Hasta la vista, Vista!

Mi­crosoft is about to pull the plug on the 10-year-old op­er­at­ing sys­tem

Computer Active (UK) - - Front Page -

Just as all po­lit­i­cal ca­reers end in fail­ure, all op­er­at­ing sys­tems (OS) end with sup­port be­ing re­moved. Win­dows Vista will be­come the lat­est to go to that great server in the sky when Mi­crosoft ends ‘ex­tended’ sup­port on 11 April. From that date Vista will re­ceive no fur­ther se­cu­rity fixes which, Mi­crosoft says, means it can “in­vest our re­sources to­wards more re­cent tech­nolo­gies so that we can con­tinue to de­liver great new ex­pe­ri­ences”.

There will prob­a­bly be fewer tears shed for Vista than when sup­port for XP ended in 2014. Now run­ning on less than one per cent of com­put­ers world­wide, Vista was never widely loved, and has re­ceived more crit­i­cism than any other ver­sion of Win­dows. There’s even a Wikipedia page ( www.snipca.com/23817) that cat­a­logues all this cen­sure. Vista users now need a pain­less es­cape route that lets them keep their files and fold­ers.

Un­sur­pris­ingly, Mi­crosoft’s sug­gested so­lu­tion is to up­grade to Win­dows 10. This will keep you safe un­til 2025 when, ac­cord­ing to Mi­crosoft’s ‘Win­dows life­cy­cle fact sheet, ( www.snipca.com/23816), se­cu­rity sup­port will cease. But to up­grade di­rectly from Vista, rather than in­stalling Win­dows 10 from scratch, you’ll need to up­grade to Win­dows 7 or 8.1 first. Only from th­ese op­er­at­ing sys­tems can you make the leap to Win­dows 10.

It may be hy­po­thet­i­cal any­way be­cause many Vista PCS will lack the hard­ware to run Win­dows 10. Mi­crosoft tells you how pow­er­ful your PC needs to be on its web­site ( www.snipca.com/23825).

An­other way to check is to mea­sure your pro­ces­sor’s speed us­ing soft­ware like Pass­mark ( www.pass­mark.com). As a gen­eral rule, if your pro­ces­sor scores less than 1480 then aban­don any plans to up­grade your PC. In­stead, con­sider buy­ing one of the Win­dows 10 PCS that have im­pressed us re­cently. Our cur­rent ‘Buy It!’ favourite is the £800 Di­ablo Ul­tima v2, made by the Dork­ing-based Wired2­fire (see page 30).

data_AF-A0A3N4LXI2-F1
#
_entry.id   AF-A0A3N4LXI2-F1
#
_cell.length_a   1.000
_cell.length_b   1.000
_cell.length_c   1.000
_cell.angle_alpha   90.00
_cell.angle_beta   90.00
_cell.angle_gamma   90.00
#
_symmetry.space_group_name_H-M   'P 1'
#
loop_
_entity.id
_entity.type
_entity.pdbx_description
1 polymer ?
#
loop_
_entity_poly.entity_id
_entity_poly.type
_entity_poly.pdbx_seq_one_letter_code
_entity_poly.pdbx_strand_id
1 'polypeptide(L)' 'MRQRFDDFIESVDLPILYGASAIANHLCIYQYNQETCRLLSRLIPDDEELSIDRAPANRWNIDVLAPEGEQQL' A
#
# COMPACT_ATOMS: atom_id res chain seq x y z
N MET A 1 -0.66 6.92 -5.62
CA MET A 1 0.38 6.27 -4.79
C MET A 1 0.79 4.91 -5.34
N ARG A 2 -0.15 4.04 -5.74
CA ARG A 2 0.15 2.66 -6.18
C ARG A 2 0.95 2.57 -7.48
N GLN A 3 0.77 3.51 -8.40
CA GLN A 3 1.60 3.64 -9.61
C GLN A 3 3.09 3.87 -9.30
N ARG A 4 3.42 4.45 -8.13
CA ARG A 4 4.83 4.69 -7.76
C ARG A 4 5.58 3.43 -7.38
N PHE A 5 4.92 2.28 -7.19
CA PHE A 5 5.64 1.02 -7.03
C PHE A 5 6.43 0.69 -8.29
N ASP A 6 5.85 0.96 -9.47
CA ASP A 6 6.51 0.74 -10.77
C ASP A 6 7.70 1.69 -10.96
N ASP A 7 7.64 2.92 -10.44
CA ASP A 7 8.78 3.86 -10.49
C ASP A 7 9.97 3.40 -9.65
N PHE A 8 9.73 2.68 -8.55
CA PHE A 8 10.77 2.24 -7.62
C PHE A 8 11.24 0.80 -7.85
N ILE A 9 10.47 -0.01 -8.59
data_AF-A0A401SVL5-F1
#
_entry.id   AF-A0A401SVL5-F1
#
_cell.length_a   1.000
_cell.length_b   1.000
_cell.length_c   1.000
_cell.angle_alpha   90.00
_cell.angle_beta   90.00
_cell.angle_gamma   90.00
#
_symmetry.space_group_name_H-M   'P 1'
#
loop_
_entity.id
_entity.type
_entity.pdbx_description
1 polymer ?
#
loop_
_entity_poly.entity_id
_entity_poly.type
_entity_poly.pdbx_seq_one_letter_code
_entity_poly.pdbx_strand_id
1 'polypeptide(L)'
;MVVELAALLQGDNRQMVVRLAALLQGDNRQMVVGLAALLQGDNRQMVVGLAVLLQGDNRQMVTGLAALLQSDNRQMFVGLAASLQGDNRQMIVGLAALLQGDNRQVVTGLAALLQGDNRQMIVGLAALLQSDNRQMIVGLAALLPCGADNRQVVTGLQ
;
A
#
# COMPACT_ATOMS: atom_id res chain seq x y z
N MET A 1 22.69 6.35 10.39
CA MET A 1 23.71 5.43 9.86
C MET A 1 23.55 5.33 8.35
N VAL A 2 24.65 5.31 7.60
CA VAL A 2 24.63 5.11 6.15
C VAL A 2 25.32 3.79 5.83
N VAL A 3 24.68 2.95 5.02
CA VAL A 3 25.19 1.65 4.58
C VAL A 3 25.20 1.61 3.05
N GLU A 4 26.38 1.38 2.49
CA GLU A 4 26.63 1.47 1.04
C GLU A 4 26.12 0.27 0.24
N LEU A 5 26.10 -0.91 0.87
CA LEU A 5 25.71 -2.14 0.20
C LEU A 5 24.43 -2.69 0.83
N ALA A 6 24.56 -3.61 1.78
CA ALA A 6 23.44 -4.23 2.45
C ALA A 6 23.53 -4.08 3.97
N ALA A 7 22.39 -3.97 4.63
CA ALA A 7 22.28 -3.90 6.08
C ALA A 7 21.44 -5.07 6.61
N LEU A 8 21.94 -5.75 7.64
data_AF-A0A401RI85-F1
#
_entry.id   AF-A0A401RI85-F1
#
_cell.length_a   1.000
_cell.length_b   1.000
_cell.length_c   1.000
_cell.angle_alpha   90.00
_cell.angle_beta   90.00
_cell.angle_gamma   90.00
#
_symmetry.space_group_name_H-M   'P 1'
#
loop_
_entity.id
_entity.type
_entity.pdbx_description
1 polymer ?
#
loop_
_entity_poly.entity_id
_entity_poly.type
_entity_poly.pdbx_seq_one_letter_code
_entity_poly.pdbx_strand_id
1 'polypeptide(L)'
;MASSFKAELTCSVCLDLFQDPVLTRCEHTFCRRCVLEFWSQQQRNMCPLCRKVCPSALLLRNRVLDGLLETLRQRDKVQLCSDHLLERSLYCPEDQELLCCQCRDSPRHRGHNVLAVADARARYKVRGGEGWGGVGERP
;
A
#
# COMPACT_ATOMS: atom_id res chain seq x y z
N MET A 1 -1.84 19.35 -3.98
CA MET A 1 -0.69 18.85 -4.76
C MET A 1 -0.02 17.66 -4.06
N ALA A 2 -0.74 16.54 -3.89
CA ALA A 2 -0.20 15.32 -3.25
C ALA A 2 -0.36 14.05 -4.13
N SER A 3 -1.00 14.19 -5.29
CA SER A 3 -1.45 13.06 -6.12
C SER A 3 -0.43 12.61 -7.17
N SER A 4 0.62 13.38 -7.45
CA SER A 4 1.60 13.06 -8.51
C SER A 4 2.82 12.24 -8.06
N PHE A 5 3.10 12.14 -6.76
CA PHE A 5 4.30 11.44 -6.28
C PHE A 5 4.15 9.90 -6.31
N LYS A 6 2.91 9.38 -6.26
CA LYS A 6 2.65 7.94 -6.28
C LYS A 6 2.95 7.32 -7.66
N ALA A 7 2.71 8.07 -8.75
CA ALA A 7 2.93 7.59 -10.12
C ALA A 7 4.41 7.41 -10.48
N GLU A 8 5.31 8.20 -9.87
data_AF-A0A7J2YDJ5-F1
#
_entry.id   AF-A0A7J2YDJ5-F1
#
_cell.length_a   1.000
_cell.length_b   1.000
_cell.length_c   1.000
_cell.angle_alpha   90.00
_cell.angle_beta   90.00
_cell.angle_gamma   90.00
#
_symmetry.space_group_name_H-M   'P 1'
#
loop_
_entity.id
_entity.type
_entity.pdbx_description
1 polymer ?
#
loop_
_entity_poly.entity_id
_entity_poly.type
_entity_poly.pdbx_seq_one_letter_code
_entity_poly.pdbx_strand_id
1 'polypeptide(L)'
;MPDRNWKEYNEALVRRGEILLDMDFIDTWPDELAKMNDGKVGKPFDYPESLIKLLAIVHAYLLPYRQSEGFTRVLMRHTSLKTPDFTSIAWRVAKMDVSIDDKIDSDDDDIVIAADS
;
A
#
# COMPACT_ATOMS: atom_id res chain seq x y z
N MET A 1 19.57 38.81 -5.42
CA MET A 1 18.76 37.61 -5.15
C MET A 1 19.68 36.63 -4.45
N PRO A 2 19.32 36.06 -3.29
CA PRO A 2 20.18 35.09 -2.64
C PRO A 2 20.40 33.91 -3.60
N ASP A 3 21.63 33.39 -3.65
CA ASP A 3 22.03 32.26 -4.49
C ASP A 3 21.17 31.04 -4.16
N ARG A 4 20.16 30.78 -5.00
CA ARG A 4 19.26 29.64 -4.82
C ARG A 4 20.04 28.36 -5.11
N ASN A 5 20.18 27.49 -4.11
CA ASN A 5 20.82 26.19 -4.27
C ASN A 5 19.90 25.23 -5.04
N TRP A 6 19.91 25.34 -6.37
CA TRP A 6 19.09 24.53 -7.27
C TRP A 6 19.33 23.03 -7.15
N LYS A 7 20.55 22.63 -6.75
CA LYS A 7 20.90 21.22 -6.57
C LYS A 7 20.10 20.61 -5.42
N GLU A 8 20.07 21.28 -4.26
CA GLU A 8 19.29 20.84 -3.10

But if Pass­mark’s re­sults give you the green light, you have two op­tions. You can per­form what Mi­crosoft calls an ‘in-place up­grade’, which moves your pro­grams and data. It rec­om­mends us­ing Laplink’s Pc­mover Ex­press for the task, and is cur­rently pro­mot­ing it at half price (£13.14, www.snipca.com/ 23819). This is a bit sneaky be­cause only the Pro­fes­sional ver­sion of the pro­gram can carry out an ‘in-place up­grade’ – and that costs £59.94.

Re­mem­ber though this process still re­quires you to up­grade again, from Win­dows 7 or 8.1 to 10. This means you’ll need to find some­one sell­ing a le­git­i­mate copy of 7 or 8.1 – most prob­a­bly on Ama­zon – which won’t be easy or cheap. How­ever, one ad­van­tage of this route is that you’ll still be able to get Win­dows 10 for free by tak­ing ad­van­tage of Mi­crosoft’s ‘as­sis­tive tech­nolo­gies’

loop­hole (visit www.snipca. com/23399, see Work­shop Is­sue 495, page 35).

If two up­grades feels like dou­ble the trou­ble, you’re left with the se­cond op­tion: buy­ing Win­dows 10. The Home edi­tion costs £119 from Mi­crosoft’s UK store: www. snipca.com/23851.

What if you want to con­tinue us­ing Vista? That’s fine, as long as you don’t use it to con­nect to the web. There may not be many Vista users left, fewer even than XP, but from 12 April hack­ers will be lurk­ing on­line wait­ing to pounce.

Now run­ning on less than one per cent of PCS world­wide, Vista was never widely loved

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